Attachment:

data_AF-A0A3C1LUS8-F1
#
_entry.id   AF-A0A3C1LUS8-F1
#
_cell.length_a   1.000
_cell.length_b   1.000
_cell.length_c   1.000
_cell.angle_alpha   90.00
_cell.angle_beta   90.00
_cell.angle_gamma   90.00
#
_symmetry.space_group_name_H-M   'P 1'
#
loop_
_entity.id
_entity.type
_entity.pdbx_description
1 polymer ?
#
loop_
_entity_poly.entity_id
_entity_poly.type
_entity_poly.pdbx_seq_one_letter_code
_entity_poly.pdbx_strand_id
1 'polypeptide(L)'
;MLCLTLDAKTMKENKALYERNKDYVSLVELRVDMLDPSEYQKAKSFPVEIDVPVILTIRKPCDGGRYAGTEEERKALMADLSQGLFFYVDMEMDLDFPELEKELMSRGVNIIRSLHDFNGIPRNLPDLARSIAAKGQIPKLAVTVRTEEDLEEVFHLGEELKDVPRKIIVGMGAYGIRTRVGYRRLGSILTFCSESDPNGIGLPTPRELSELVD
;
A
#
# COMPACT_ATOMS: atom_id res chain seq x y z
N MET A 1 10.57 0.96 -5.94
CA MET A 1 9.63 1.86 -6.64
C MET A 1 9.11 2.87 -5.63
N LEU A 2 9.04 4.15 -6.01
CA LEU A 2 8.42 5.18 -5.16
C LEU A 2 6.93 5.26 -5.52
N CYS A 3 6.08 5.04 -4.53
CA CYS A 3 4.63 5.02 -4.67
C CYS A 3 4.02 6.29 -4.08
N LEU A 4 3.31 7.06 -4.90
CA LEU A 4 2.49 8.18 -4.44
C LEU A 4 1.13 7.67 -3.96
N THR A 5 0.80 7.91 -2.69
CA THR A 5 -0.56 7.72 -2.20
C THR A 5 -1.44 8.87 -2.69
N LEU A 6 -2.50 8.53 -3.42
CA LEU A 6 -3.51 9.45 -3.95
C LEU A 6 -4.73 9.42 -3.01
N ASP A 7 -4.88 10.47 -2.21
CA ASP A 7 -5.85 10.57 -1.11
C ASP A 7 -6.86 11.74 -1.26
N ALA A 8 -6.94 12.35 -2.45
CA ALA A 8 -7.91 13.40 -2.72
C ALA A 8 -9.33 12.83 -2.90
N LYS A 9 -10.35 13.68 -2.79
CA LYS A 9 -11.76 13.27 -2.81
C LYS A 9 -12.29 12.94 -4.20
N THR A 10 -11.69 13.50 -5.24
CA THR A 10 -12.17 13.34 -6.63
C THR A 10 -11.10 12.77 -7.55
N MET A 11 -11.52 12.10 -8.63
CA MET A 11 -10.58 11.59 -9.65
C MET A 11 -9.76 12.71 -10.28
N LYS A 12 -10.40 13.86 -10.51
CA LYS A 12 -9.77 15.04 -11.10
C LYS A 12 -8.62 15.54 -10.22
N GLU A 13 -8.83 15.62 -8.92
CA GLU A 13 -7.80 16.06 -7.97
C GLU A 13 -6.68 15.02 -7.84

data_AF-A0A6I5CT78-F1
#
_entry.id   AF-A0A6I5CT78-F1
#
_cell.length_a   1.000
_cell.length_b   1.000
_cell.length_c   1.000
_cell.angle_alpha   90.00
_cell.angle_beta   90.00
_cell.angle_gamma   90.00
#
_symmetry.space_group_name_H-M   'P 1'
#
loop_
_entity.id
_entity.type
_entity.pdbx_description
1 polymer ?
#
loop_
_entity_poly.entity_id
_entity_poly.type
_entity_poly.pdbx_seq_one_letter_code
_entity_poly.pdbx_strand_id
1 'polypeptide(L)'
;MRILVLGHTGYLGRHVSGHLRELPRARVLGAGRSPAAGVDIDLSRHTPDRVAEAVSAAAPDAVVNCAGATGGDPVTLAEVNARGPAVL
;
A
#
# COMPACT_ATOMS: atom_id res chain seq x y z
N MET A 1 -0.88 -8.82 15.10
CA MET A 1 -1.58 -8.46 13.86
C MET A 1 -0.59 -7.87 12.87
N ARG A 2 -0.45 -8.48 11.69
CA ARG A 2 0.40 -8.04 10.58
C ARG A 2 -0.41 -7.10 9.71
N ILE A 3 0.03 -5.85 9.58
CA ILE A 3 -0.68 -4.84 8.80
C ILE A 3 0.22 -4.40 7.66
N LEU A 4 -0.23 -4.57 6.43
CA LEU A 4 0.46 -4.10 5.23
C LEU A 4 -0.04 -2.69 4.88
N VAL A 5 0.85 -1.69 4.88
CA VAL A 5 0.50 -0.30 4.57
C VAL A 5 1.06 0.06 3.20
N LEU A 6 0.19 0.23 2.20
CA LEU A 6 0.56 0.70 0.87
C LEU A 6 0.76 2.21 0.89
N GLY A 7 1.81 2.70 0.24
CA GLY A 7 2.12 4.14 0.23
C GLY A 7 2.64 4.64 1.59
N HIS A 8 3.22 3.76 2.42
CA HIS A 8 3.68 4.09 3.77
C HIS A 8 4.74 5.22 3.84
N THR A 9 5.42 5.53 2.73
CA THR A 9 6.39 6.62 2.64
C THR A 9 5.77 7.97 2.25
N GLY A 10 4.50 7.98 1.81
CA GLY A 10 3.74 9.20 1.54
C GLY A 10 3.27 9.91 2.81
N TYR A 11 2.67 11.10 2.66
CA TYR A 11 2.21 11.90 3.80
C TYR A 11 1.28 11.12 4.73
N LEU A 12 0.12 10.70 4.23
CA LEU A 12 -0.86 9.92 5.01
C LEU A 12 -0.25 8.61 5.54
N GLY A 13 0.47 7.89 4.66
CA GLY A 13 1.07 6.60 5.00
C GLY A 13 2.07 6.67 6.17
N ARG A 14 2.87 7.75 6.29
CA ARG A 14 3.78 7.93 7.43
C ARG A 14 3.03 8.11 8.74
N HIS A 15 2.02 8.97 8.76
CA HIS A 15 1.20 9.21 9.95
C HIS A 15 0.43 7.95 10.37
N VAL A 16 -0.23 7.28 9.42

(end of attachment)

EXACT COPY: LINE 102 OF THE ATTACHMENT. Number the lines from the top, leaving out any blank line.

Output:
C MET A 1 -0.59 -7.87 12.87